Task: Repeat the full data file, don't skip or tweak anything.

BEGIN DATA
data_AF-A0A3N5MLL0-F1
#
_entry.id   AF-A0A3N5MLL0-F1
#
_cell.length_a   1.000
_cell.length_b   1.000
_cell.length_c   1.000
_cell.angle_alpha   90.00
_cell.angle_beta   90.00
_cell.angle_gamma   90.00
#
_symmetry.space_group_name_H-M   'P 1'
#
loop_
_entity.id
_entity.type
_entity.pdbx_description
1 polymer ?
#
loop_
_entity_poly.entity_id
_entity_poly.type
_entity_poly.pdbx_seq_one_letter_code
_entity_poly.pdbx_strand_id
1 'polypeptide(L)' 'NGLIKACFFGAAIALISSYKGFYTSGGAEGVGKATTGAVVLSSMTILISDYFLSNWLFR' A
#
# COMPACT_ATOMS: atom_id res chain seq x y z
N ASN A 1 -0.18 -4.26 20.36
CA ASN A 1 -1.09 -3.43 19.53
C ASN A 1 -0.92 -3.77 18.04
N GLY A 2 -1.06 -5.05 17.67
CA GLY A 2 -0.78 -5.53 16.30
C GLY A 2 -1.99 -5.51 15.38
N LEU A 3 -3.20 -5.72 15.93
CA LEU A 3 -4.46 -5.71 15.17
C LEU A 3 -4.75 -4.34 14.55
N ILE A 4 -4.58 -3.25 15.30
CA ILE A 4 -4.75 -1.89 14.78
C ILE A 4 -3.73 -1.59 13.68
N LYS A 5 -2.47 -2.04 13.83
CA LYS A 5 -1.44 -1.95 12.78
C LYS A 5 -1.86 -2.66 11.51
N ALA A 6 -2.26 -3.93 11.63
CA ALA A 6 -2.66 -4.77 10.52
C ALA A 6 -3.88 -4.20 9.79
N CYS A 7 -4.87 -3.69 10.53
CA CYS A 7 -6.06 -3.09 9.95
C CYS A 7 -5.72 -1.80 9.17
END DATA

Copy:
data_AF-A0A3N5MLL0-F1
#
_entry.id   AF-A0A3N5MLL0-F1
#
_cell.length_a   1.000
_cell.length_b   1.000
_cell.length_c   1.000
_cell.angle_alpha   90.00
_cell.angle_beta   90.00
_cell.angle_gamma   90.00
#
_symmetry.space_group_name_H-M   'P 1'
#
loop_
_entity.id
_entity.type
_entity.pdbx_description
1 polymer ?
#
loop_
_entity_poly.entity_id
_entity_poly.type
_entity_poly.pdbx_seq_one_letter_code
_entity_poly.pdbx_strand_id
1 'polypeptide(L)' 'NGLIKACFFGAAIALISSYKGFYTSGGAEGVGKATTGAVVLSSMTILISDYFLSNWLFR' A
#
# COMPACT_ATOMS: atom_id res chain seq x y z
N ASN A 1 -0.18 -4.26 20.36
CA ASN A 1 -1.09 -3.43 19.53
C ASN A 1 -0.92 -3.77 18.04
N GLY A 2 -1.06 -5.05 17.67
CA GLY A 2 -0.78 -5.53 16.30
C GLY A 2 -1.99 -5.51 15.38
N LEU A 3 -3.20 -5.72 15.93
CA LEU A 3 -4.46 -5.71 15.17
C LEU A 3 -4.75 -4.34 14.55
N ILE A 4 -4.58 -3.25 15.30
CA ILE A 4 -4.75 -1.89 14.78
C ILE A 4 -3.73 -1.59 13.68
N LYS A 5 -2.47 -2.04 13.83
CA LYS A 5 -1.44 -1.95 12.78
C LYS A 5 -1.86 -2.66 11.51
N ALA A 6 -2.26 -3.93 11.63
CA ALA A 6 -2.66 -4.77 10.52
C ALA A 6 -3.88 -4.20 9.79
N CYS A 7 -4.87 -3.69 10.53
CA CYS A 7 -6.06 -3.09 9.95
C CYS A 7 -5.72 -1.80 9.17